April 05, 2005

Pyramid Lake fish flourish in big runoff


NIXON, Nev. (AP) - In another sign of a welcome wet winter after five that failed to produce an adequate runoff, a scientist is predicting a record spawn of Pyramid Lake's endangered cui-ui fish.

More than 300,000 cui-ui had swum through Marble Dam's fish-passage facility and into the lower Truckee River by Monday in a spawn expected to attract more than 800,000 fish by the time runoff peaks sometime in May, according to Lisa Heki, fisheries program manager for the U.S. Fish and Wildlife Service in Reno.

"I've never seen these numbers this early," Heki said.

Drought conditions didn't allow a spawning run for the cui-ui last year or in 2001. There were limited spawns in 2002 and 2003. This year's spawn is expected to substantially surpass the previous record of 585,000 fish set in 1999.

"It's a very good year and it's just the start," Heki said.

Along with being numerous, the fish are larger and healthier than usual. Many are close to 2 feet in length and weigh up to 7 pounds. Some are even bigger.

"It's very exciting. It's too bad we couldn't have years like this every year," said Norman Harry, chairman of the Pyramid Lake Paiute Tribe.

Cui-ui, unique to Pyramid Lake, were declared endangered in 1967 after agricultural diversions dried up much of the fish's habitat. A spawning run as successful as this year's is important to the tribe, for which the cui-ui has special significance, Harry said.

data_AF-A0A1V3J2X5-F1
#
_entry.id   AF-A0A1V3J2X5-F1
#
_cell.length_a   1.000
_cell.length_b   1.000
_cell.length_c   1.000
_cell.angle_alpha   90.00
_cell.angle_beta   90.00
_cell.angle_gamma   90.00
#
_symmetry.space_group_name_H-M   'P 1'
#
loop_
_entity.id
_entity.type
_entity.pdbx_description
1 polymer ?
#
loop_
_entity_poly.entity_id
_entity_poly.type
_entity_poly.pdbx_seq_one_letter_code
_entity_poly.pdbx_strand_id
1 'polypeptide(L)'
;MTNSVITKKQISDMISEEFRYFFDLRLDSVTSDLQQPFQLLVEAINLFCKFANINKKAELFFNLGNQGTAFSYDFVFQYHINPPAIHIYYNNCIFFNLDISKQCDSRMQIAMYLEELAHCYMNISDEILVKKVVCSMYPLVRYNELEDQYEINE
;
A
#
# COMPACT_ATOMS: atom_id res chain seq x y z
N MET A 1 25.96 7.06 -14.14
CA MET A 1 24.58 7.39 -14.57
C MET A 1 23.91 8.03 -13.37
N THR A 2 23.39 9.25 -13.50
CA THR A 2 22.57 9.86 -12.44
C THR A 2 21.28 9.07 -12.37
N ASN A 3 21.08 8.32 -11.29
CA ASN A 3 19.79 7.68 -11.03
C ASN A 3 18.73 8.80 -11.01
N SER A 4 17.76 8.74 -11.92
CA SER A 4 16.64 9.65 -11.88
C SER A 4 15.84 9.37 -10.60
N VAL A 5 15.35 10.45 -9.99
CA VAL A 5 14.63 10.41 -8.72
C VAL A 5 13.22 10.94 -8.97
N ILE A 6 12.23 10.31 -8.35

Traditionally, members of the tribe are known as "cui-ui ticutta," or "cui-ui eaters," reflecting their ancestral food staple.

"It's important for us because there's a direct connection between the people of Pyramid Lake and the cui-ui," Harry said. "It's our identity."

The big spawn also is good news for the American white pelicans that feast upon spawning cui-uis as the fish cluster in the waters near the Marble Bluff Dam. The birds, which nest on Pyramid Lake's Anaho Island, have suffered in recent years as the drought limited successful spawning runs of the cui-ui they need for nourishment, Heki said.

"The pelicans should have a good year too," Heki said. "With the drought, it's been hard on their success as well."


Information from: Reno Gazette-Journal